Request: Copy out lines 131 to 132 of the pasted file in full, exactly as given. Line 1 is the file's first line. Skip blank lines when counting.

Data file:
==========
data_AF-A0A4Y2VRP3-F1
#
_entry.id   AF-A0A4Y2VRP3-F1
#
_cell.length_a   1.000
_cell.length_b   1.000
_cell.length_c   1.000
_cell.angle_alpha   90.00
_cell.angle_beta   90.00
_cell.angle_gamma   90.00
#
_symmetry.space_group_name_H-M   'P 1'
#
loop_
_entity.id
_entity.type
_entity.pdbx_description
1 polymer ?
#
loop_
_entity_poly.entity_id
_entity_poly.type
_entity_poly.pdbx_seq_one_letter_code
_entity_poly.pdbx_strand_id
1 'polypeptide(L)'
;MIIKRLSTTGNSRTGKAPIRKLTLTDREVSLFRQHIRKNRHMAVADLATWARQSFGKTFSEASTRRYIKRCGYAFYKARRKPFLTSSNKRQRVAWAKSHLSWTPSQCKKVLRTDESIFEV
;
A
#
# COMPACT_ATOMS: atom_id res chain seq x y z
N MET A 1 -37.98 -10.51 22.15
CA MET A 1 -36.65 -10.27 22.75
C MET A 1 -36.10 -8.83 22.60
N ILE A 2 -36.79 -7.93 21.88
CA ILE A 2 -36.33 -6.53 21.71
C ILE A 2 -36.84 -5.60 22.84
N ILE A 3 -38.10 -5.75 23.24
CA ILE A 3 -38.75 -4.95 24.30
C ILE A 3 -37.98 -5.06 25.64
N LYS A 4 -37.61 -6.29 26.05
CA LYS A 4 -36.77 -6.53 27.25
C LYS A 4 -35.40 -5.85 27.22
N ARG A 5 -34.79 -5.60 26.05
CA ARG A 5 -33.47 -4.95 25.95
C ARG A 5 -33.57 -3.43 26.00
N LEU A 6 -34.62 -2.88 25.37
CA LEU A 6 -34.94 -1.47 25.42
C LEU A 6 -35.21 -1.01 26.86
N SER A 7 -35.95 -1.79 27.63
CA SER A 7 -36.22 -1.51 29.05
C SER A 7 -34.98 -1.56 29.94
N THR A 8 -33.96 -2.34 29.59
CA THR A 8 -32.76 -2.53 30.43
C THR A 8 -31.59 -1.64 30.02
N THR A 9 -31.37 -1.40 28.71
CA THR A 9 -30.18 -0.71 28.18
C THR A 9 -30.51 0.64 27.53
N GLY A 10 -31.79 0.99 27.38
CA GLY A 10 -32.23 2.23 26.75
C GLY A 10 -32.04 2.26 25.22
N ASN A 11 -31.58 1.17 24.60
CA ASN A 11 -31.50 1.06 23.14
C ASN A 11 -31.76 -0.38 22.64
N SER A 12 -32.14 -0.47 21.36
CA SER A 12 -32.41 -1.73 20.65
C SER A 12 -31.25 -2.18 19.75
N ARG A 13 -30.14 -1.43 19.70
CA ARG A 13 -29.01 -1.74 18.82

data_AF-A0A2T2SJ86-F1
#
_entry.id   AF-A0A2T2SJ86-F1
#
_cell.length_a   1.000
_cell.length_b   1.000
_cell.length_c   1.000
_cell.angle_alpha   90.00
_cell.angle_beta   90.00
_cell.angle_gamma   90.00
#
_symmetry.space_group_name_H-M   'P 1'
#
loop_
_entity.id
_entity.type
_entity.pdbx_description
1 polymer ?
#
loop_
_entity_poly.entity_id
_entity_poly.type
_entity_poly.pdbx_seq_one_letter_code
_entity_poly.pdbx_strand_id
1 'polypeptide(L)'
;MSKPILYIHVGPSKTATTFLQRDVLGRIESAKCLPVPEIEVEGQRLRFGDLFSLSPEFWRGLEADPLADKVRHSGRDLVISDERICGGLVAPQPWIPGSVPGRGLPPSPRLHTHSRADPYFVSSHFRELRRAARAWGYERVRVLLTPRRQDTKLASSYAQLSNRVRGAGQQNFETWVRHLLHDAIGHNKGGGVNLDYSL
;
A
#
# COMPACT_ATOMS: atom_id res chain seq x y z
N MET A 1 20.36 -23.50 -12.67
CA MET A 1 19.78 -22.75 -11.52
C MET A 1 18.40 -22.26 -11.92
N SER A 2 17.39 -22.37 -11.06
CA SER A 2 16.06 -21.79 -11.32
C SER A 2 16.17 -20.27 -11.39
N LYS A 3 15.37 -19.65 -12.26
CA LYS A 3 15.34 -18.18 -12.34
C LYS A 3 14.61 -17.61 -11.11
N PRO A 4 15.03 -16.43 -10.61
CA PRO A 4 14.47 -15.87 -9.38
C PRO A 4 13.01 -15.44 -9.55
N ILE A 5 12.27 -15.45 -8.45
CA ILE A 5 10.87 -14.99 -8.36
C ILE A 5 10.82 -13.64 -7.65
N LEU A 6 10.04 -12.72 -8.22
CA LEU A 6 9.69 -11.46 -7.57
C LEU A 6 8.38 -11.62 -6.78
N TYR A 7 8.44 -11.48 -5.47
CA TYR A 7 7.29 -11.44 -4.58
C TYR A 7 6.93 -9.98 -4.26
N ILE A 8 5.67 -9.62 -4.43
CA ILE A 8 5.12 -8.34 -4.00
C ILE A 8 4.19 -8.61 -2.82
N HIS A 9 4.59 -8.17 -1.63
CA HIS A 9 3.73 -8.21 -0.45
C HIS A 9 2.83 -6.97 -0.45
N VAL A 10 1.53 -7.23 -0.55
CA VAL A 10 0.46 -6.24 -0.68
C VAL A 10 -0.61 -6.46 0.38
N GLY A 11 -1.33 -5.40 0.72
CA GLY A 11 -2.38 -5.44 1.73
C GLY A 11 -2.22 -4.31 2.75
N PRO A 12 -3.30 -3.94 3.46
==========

C GLY A 11 -2.22 -4.31 2.75
N PRO A 12 -3.30 -3.94 3.46